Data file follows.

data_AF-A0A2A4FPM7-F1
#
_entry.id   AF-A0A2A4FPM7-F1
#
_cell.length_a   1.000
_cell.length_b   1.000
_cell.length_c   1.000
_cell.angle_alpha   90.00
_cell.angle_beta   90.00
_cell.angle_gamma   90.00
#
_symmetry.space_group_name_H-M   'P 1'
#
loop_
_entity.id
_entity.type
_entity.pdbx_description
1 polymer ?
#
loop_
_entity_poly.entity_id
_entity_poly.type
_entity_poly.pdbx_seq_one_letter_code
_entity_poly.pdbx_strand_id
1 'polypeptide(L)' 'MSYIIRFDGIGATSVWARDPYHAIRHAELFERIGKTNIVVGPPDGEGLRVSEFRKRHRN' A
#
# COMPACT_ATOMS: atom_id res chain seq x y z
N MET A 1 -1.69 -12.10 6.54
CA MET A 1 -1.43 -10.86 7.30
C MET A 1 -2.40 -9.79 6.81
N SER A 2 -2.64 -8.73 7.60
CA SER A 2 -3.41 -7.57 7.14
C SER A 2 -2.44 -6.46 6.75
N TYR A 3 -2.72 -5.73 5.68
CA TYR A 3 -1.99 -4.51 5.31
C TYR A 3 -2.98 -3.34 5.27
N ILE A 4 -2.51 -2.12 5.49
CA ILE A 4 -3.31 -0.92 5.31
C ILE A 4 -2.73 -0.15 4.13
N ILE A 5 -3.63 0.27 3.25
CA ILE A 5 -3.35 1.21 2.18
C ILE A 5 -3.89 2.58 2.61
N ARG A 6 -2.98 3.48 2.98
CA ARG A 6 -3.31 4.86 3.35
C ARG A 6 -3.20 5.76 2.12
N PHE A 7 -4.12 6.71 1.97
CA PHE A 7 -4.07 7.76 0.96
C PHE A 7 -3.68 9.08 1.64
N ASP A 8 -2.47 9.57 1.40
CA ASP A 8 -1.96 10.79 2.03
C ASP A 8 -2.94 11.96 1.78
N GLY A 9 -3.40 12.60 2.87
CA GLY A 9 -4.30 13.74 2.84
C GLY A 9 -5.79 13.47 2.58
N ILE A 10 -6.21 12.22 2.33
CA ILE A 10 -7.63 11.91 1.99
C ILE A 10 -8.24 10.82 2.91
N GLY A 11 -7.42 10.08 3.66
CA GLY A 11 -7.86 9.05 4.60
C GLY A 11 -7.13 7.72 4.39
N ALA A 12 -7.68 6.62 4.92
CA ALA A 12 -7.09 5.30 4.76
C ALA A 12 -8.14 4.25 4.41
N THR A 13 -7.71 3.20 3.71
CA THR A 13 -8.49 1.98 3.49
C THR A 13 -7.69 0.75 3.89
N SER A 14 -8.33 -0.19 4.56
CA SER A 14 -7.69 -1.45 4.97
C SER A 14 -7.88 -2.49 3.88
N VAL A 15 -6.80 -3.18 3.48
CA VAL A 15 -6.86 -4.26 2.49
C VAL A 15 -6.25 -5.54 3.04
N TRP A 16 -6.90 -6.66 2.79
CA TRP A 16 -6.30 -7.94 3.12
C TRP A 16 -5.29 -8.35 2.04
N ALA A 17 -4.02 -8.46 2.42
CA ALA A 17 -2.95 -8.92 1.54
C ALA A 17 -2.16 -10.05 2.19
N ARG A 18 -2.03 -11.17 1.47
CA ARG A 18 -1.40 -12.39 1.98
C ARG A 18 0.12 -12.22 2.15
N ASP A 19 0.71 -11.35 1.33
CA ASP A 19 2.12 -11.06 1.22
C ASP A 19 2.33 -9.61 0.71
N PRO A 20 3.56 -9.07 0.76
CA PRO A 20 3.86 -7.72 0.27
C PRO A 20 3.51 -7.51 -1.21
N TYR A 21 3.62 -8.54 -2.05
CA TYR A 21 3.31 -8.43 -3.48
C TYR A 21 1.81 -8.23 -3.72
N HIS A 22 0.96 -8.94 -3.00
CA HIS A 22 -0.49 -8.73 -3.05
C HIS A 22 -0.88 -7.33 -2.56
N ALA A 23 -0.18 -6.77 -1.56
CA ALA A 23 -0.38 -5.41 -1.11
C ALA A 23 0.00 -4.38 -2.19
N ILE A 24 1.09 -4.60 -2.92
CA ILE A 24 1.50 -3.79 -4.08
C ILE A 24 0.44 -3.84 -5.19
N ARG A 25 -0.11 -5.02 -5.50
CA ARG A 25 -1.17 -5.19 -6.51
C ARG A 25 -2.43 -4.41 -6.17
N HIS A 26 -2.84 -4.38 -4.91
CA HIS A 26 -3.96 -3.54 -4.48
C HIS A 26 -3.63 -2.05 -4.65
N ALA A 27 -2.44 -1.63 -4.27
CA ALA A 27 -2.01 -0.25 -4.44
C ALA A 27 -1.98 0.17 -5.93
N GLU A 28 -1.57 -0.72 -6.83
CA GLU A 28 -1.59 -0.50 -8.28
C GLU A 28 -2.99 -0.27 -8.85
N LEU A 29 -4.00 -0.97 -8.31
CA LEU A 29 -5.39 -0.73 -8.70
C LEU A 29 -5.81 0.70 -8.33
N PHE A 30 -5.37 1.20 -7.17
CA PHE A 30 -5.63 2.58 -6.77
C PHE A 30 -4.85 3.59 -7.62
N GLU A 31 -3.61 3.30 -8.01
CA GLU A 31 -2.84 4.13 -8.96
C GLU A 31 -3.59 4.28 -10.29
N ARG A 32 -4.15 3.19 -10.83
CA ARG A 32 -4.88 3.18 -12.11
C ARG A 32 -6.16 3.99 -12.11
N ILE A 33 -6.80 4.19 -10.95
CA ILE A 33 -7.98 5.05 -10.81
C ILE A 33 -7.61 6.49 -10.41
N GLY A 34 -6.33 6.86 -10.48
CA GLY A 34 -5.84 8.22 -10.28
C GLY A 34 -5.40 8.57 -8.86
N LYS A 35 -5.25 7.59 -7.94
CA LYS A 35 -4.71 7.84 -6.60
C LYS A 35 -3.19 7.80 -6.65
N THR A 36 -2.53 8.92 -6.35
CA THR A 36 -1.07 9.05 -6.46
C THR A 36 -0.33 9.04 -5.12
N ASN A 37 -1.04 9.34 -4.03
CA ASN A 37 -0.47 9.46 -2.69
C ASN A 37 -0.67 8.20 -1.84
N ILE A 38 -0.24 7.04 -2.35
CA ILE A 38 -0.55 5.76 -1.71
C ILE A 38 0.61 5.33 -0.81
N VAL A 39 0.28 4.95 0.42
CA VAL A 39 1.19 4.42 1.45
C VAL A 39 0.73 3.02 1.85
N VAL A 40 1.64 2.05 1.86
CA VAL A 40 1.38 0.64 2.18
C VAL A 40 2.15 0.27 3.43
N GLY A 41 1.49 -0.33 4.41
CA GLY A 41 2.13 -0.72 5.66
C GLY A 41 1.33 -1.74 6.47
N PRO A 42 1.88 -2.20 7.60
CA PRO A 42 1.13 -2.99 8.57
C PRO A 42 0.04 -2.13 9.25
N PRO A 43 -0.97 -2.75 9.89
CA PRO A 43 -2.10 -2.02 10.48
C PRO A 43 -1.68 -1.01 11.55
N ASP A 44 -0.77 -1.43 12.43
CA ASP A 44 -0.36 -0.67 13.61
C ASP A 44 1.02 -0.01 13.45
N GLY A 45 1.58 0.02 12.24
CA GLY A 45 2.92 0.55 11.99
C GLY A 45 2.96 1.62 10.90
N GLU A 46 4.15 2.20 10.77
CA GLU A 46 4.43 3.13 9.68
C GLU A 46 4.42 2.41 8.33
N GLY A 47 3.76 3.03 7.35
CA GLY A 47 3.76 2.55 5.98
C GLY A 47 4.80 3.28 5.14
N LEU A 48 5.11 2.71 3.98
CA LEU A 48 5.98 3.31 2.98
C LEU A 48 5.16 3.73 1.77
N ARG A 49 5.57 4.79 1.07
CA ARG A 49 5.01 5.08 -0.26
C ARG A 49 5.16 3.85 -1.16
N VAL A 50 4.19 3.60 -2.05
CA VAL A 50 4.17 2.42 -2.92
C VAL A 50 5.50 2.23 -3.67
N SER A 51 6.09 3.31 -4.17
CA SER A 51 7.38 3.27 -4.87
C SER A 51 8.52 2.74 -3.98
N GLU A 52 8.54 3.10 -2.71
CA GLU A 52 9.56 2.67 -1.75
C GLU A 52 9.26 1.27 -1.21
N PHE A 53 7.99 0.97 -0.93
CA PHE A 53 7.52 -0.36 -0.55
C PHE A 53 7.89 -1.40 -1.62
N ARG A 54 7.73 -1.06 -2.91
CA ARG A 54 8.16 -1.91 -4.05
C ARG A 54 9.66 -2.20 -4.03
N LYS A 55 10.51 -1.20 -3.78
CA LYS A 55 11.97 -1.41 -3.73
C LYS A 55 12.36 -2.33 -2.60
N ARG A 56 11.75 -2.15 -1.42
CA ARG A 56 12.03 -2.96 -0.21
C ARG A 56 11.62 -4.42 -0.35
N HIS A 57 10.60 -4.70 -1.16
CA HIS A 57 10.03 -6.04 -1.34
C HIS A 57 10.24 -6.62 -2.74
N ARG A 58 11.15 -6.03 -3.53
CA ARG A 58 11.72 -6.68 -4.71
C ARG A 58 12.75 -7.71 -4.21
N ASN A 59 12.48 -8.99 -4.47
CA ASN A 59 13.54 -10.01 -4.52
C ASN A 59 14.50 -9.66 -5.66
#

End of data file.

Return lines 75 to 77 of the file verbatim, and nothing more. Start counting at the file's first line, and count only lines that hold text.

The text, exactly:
C TRP A 16 -5.29 -8.35 2.04
N ALA A 17 -4.02 -8.46 2.42
CA ALA A 17 -2.95 -8.92 1.54